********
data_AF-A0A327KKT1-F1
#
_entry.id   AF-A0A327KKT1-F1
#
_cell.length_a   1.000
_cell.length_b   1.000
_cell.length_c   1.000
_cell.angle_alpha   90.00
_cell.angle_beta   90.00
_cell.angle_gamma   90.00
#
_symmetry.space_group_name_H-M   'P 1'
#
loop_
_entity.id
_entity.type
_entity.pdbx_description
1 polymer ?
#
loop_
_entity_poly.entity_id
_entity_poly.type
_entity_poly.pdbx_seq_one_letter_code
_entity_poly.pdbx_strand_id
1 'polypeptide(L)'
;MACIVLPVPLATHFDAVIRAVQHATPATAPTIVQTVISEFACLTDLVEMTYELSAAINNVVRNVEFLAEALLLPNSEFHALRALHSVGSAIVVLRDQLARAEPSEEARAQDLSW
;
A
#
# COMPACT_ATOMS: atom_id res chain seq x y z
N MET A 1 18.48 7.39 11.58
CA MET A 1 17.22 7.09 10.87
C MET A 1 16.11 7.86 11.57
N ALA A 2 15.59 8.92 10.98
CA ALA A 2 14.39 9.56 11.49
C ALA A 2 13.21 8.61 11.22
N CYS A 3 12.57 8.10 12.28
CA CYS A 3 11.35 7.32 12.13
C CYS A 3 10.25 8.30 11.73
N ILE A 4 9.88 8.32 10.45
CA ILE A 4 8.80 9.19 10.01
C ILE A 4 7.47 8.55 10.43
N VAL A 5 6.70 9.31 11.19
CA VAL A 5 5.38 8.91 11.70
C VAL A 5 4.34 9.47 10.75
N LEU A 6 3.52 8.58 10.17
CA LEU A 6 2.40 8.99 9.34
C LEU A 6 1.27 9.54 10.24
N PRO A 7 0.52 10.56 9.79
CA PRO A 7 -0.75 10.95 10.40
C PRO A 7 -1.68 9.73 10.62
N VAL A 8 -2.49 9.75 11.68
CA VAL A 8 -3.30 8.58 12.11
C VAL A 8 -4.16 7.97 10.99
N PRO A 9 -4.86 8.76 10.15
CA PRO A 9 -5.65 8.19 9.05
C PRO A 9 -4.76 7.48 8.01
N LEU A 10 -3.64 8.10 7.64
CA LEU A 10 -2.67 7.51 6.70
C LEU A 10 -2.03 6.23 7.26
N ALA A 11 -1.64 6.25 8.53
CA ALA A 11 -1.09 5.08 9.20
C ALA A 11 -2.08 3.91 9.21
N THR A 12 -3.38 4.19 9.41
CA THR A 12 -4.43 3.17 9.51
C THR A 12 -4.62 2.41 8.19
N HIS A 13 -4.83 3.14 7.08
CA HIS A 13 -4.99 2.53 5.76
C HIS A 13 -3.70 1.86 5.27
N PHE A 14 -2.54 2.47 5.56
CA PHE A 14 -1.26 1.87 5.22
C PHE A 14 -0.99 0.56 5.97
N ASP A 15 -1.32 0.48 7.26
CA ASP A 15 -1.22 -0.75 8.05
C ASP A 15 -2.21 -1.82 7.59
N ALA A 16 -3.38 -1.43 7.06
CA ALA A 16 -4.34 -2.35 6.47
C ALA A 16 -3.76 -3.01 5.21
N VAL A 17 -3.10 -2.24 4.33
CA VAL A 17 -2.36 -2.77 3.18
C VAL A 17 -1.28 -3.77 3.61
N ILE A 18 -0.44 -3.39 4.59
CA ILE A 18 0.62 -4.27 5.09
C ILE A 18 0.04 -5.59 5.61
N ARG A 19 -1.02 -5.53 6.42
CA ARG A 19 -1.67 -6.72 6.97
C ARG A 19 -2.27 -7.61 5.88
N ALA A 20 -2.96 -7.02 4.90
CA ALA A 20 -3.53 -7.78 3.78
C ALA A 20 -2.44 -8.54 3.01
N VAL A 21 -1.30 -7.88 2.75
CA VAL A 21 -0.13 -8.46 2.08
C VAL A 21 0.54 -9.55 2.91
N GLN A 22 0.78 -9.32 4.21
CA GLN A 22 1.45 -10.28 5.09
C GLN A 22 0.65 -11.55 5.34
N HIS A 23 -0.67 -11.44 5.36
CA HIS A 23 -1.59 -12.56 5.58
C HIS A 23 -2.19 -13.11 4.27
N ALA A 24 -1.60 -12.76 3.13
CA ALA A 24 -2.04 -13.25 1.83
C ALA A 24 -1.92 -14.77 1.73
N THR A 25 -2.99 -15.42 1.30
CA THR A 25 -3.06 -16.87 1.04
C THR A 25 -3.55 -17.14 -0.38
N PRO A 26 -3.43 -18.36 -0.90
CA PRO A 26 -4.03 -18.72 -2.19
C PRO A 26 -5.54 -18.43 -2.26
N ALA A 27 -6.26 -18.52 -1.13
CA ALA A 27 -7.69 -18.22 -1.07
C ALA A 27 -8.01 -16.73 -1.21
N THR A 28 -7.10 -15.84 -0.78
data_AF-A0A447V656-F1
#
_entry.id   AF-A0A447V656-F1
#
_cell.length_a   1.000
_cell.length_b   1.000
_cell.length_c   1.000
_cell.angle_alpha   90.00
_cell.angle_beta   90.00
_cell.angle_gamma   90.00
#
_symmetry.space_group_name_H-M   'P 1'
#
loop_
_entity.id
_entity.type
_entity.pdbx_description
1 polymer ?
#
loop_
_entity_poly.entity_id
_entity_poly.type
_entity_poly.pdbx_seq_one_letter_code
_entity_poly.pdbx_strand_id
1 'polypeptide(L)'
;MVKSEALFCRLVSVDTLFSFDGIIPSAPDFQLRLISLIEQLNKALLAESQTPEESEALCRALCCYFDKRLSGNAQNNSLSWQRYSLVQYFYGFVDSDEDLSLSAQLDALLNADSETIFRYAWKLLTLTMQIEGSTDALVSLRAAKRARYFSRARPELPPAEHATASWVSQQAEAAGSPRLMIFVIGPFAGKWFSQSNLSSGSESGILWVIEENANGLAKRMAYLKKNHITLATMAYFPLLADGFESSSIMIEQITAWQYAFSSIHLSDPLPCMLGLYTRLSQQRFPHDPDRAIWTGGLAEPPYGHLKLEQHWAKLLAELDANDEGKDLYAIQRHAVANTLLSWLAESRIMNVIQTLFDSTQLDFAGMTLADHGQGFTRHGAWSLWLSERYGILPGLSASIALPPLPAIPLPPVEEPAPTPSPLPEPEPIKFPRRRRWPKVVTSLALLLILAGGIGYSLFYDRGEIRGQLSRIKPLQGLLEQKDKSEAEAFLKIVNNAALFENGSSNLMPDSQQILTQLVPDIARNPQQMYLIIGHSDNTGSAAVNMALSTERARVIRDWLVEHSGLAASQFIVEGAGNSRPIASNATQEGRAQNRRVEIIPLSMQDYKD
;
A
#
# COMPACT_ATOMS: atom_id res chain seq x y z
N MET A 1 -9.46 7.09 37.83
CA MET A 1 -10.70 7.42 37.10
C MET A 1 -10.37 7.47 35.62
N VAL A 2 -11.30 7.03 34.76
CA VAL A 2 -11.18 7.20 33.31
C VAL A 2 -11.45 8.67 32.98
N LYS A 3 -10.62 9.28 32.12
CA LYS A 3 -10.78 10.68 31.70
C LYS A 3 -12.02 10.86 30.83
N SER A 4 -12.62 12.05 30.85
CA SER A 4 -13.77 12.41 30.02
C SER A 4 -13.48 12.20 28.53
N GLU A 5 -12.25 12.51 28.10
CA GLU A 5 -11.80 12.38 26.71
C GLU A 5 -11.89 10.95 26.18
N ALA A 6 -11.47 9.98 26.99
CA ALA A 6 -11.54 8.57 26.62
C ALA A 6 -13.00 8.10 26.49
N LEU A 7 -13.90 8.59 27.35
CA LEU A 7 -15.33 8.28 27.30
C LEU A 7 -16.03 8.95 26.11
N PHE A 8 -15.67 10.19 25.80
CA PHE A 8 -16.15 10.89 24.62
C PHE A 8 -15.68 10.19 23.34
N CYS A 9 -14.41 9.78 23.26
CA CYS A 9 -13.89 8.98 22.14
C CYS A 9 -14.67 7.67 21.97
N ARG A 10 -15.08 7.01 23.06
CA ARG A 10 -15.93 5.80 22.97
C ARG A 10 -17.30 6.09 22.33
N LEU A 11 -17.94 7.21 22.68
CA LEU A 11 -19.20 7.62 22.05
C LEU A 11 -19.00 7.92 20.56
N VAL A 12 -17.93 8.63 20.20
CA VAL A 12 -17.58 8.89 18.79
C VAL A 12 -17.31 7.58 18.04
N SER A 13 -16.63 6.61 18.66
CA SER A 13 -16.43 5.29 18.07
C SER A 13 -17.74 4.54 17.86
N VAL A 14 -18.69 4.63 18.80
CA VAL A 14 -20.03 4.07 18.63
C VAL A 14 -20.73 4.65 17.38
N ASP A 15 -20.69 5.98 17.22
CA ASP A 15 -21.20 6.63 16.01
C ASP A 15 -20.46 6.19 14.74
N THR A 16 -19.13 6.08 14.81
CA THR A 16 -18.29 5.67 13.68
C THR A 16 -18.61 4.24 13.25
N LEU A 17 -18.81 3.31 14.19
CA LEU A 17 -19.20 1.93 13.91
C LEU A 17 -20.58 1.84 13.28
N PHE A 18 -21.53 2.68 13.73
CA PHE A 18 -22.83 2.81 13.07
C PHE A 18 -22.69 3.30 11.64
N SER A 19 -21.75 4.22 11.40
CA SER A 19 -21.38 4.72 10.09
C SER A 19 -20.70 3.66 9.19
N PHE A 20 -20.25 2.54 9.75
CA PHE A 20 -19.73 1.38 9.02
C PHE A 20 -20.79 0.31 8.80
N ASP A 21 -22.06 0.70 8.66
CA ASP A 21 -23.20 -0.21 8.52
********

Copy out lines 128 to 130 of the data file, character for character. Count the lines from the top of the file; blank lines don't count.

_entity.type
_entity.pdbx_description
1 polymer ?